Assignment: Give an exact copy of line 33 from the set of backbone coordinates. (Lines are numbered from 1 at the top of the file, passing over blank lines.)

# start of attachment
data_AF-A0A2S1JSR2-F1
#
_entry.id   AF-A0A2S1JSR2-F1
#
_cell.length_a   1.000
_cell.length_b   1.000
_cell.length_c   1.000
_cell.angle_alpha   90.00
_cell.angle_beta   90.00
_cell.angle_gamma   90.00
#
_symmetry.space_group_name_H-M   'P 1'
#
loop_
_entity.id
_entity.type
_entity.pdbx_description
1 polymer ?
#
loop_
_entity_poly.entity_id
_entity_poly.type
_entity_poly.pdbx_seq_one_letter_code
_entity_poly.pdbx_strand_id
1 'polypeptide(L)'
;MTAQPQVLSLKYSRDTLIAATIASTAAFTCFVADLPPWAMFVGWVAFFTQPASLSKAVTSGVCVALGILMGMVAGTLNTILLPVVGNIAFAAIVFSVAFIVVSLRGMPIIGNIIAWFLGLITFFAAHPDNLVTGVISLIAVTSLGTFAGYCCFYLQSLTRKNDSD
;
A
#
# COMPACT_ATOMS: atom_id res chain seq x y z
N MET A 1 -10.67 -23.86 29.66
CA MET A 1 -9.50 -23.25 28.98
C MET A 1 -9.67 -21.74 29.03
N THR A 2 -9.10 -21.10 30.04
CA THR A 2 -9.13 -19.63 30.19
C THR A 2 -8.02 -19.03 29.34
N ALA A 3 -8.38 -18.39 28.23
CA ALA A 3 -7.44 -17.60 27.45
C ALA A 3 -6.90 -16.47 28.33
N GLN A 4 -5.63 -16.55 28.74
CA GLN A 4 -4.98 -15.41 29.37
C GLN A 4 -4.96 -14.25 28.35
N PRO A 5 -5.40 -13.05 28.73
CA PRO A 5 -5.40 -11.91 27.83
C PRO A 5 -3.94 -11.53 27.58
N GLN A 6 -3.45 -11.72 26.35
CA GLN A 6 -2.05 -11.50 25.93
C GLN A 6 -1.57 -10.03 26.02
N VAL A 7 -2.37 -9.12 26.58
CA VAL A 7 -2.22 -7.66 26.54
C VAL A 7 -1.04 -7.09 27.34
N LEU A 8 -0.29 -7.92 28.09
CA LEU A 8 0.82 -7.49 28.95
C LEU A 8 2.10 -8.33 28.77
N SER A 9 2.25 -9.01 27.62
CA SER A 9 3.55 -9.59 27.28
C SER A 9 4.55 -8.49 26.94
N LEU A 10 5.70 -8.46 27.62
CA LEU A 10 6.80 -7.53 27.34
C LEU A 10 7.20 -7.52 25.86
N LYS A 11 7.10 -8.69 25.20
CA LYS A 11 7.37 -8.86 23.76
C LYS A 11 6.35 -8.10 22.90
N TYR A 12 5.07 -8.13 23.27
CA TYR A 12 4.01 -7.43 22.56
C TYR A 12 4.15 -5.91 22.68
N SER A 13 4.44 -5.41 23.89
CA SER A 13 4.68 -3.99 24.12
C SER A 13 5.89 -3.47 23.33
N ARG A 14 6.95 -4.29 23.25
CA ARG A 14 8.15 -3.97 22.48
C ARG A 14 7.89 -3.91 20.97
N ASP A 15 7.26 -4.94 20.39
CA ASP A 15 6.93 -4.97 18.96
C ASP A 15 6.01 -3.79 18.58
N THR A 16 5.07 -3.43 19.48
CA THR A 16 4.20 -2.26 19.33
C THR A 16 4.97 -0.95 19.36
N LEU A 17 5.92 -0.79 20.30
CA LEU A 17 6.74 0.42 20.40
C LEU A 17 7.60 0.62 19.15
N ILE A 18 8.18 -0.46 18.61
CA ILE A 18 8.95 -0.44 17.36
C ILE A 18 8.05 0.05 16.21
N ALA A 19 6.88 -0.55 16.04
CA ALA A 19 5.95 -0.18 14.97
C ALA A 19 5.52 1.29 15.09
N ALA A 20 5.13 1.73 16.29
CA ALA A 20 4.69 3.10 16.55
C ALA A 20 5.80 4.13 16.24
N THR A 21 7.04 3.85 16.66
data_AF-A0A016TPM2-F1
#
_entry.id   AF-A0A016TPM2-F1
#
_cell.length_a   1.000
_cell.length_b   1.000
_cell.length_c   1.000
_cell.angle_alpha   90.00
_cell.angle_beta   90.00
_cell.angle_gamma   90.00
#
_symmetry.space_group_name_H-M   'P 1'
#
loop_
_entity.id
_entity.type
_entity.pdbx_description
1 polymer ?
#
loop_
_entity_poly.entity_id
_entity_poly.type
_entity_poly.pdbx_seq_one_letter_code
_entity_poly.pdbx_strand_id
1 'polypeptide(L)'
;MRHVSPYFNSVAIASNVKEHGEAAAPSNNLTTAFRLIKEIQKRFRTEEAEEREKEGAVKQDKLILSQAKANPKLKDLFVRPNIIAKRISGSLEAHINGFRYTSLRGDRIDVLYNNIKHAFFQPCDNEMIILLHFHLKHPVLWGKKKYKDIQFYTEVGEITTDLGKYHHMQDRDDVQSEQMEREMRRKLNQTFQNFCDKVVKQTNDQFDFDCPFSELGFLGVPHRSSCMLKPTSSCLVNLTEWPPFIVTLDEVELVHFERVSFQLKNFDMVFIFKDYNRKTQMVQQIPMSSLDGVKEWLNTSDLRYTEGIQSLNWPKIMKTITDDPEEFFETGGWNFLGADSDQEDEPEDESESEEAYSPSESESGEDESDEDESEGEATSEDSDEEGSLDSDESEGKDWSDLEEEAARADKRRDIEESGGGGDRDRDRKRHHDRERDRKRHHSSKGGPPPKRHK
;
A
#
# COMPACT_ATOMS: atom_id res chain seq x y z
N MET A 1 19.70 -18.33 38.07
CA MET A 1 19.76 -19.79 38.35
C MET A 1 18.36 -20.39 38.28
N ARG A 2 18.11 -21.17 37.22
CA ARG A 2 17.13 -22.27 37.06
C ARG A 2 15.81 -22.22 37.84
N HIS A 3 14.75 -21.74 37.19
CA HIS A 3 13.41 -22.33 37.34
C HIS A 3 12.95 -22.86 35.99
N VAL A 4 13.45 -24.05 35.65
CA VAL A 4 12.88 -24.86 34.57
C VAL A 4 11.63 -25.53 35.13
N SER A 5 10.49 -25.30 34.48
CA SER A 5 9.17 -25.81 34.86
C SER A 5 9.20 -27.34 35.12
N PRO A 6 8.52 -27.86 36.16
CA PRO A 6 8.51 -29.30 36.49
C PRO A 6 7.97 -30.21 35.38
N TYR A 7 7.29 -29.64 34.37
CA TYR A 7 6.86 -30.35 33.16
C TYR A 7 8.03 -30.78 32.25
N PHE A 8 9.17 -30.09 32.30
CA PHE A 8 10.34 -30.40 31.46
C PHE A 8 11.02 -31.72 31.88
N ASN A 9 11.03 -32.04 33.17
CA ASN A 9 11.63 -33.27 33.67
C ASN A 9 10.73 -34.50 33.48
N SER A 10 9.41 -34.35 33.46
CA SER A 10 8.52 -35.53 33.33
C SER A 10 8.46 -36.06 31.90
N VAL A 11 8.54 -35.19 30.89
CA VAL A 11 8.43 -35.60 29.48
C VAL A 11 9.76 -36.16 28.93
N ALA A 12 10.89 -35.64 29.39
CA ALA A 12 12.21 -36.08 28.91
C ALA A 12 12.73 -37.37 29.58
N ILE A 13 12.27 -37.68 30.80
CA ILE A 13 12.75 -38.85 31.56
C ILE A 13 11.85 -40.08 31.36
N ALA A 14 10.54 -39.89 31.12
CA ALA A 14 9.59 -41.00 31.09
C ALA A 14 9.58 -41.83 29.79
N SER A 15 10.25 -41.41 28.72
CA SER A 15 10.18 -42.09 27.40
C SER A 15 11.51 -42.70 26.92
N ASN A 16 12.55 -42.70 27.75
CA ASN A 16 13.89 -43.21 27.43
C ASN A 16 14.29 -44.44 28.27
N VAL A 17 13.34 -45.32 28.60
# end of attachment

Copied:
C MET A 1 -9.67 -21.74 29.03